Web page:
Max McCalman is a world-renowned expert on cheese and a good friend of both DELI BUSINESS and its sister publication, CHEESE CONNOISSEUR. In this issue, he writes a thoughtful piece regarding the current state of the food safety rules regarding the cheese industry. He substantively questions whether the FDA understands cheese and whether anticipated food safety protocols might help or hurt the situation.
Unfortunately, the issue goes beyond mere technical competence at the FDA. The real problem is that, in fact, the FDA has a defacto zero-tolerance policy on food safety. This is a shame because it discourages people in the industry from actually talking about their problems in producing, storing, shipping and selling food and so slows the communal search for solutions.
Other approaches to federal guidelines are known to be much more productive. For example, the Civil Aeronautics Board (CAB) and its successor, the Federal Aviation Administration (FAA), have had a series of five-year plans, with each plan focused on improving airline safety. As a result of the airline industry, plane makers, engine makers, air traffic controllers, etc., have all worked collaboratively to improve the system. Today, commercial airline travel is enormously safe. If you look at the statistics, the very few fatalities attributed to commercial aviation are typically oddball things, such as a worker on the tarmac driving a cart and getting into an accident.
The cheese industry is going to have quite a battle. I know this because our company, which also publishes PRODUCE BUSINESS and PerishablePundit.com, has been at the epicenter of produce industry discussions regarding food safety. In the produce industry, farmers have pleaded with the FDA to define clear standards that would eliminate liability if farmers comply. Yet the FDA will never issue a food safety rule that says “a fence around the farm must be five feet tall” because if it turns out that an animal jumps six feet, enters the field and causes a food safety problem, the FDA doesn’t want to be at fault. So the FDA tends to issue vague direction, such as admonishing farmers to be mindful of animal intrusion.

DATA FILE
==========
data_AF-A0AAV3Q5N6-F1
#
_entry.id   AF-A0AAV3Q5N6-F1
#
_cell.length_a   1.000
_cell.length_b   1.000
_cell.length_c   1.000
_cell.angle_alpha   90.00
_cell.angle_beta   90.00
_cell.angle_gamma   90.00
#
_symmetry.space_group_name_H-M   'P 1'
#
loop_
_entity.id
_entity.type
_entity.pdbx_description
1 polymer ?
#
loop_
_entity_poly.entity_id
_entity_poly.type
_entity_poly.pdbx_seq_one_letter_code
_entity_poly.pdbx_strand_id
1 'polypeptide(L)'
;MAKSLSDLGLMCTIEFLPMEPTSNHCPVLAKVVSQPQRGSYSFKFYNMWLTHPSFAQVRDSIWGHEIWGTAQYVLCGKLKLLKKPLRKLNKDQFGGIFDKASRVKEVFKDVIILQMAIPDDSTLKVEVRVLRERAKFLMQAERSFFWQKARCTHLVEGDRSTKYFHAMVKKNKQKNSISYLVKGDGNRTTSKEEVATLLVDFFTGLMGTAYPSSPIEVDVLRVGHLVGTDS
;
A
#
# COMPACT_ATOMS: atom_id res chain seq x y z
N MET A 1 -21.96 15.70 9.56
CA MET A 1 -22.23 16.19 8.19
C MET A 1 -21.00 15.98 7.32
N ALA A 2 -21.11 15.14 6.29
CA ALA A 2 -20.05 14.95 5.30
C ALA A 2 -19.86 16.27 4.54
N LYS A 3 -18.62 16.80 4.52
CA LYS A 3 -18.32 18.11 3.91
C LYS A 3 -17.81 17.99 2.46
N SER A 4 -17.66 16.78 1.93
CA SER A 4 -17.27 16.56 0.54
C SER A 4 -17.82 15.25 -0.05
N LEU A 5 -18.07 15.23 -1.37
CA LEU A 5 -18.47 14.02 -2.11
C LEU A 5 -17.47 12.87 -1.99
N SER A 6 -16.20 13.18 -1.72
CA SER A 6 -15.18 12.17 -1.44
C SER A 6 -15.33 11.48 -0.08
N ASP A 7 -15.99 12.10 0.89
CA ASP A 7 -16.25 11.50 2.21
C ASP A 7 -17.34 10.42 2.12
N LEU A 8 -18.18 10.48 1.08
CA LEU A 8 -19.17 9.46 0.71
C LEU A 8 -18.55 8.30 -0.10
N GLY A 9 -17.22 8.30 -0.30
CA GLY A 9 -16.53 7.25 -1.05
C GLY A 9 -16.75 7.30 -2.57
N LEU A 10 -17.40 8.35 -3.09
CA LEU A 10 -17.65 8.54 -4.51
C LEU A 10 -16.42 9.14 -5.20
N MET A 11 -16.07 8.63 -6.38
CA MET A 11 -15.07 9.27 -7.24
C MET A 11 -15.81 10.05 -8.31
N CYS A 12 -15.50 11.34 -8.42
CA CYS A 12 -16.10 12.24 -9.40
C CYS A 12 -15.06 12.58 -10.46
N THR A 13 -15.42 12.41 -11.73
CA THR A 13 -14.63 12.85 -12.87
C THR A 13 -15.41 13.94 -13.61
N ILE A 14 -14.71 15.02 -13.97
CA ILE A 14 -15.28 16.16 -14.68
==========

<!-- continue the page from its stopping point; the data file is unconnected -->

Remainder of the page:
When the FDA is specific, it typically locks in existing technology and thus discourages a search for alternatives.
The truth is the American food supply is enormously safe; even the “high risk” items are very safe. Food safety incidents today are “black swan” events and so not easily amenable to any food safety fix. Go into a spinach field, do a random selection of 100 samples, test the samples, and they all could come out clean. If you repeat two minutes later you may get a positive; two minutes later, they are all negative again. What caused it? Who knows? Maybe a bird dropping? Nobody knows and nobody, including the FDA, has a viable plan to ensure there is never a food safety problem.
Of course, this is a bizarre standard. We don’t ban cars because we know there will be accidents; we don’t even demand that cars be as safe as possible because such heavy things are called tanks and wouldn’t be economically feasible. We recognize that although safety is a value, it is not the only value. This really comes down to whether, as a society, we are going to look to government to be a nanny that stops us from doing anything that might cause us harm or whether we are going to respect the autonomy of the individual and allow people to make trade-offs that make their lives their own.
The food industry is conflicted on this. Retailers like the idea that consumers have faith the government will protect the food supply and the retailers don’t have to take on that burden. Manufacturers like that consumers feel any product sold is safe, by definition.
Yet very possibly this is part of the food safety problem. If consumers feel everything is safe, it discourages investment in food safety by all sectors of the chain. Producers don’t feel it will give them a competitive edge, retailers don’t think it will give them a competitive edge, and if everything is safe it would be a big waste of time for consumers to invest in either vetting retailers who vet food well or vetting manufacturers.
In fact, if the FDA acknowledged its own limitations and urged consumers to take responsibility for what they ate, it would lead to more investment of both time and money in food safety and thus safer food.
For this author, having just returned from New Zealand, I was excited to try a raw-milk Aroha Organic Goat cheese, one of the very few raw milk cheeses the Kiwis have started producing since a law in 2011 relaxed restrictions. There was a risk. But it was slight, and I don’t have a compromised immune system, so if I did get sick, there is a good chance I would recover, and there are beneficial bacteria that might even boost my health.
Besides, in eating the cheese I experienced, just for a moment, the subtle complexity of the terroir in which the goats that made the milk were fed. I tasted something I had never tasted before. To me, that made my life richer. On what basis is my government to deny me that opportunity?
There is a big movement now for consumers to “know their farmer,” and it just as well could be applied to mean “know your cheesemaker.”